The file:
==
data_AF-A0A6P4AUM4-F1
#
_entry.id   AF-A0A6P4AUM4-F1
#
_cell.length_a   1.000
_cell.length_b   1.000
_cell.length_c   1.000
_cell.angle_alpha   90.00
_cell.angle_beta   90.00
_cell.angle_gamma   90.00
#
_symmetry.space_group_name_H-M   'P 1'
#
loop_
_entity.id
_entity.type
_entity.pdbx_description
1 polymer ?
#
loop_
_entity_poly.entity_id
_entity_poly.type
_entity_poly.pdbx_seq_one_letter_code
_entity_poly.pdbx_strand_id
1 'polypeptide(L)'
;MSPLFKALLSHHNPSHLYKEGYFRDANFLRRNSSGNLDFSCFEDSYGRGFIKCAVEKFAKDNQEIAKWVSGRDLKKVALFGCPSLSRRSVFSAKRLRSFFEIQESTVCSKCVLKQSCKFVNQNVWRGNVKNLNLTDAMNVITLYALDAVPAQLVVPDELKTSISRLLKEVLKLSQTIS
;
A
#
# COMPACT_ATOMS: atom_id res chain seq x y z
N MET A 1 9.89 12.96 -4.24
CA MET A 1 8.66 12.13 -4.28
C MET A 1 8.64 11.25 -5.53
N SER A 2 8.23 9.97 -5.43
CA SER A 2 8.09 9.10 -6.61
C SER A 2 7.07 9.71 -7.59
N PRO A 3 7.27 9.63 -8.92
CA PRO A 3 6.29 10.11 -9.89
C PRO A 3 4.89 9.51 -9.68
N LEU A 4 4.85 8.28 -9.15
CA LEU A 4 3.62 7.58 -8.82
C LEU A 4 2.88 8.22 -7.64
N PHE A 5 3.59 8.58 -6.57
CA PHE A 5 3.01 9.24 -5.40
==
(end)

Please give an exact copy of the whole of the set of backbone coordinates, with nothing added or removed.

data_AF-A0A6P4AUM4-F1
#
_entry.id   AF-A0A6P4AUM4-F1
#
_cell.length_a   1.000
_cell.length_b   1.000
_cell.length_c   1.000
_cell.angle_alpha   90.00
_cell.angle_beta   90.00
_cell.angle_gamma   90.00
#
_symmetry.space_group_name_H-M   'P 1'
#
loop_
_entity.id
_entity.type
_entity.pdbx_description
1 polymer ?
#
loop_
_entity_poly.entity_id
_entity_poly.type
_entity_poly.pdbx_seq_one_letter_code
_entity_poly.pdbx_strand_id
1 'polypeptide(L)'
;MSPLFKALLSHHNPSHLYKEGYFRDANFLRRNSSGNLDFSCFEDSYGRGFIKCAVEKFAKDNQEIAKWVSGRDLKKVALFGCPSLSRRSVFSAKRLRSFFEIQESTVCSKCVLKQSCKFVNQNVWRGNVKNLNLTDAMNVITLYALDAVPAQLVVPDELKTSISRLLKEVLKLSQTIS
;
A
#
# COMPACT_ATOMS: atom_id res chain seq x y z
N MET A 1 9.89 12.96 -4.24
CA MET A 1 8.66 12.13 -4.28
C MET A 1 8.64 11.25 -5.53
N SER A 2 8.23 9.97 -5.43
CA SER A 2 8.09 9.10 -6.61
C SER A 2 7.07 9.71 -7.59
N PRO A 3 7.27 9.63 -8.92
CA PRO A 3 6.29 10.11 -9.89
C PRO A 3 4.89 9.51 -9.68
N LEU A 4 4.85 8.28 -9.15
CA LEU A 4 3.62 7.58 -8.82
C LEU A 4 2.88 8.22 -7.64
N PHE A 5 3.59 8.58 -6.57
CA PHE A 5 3.01 9.24 -5.40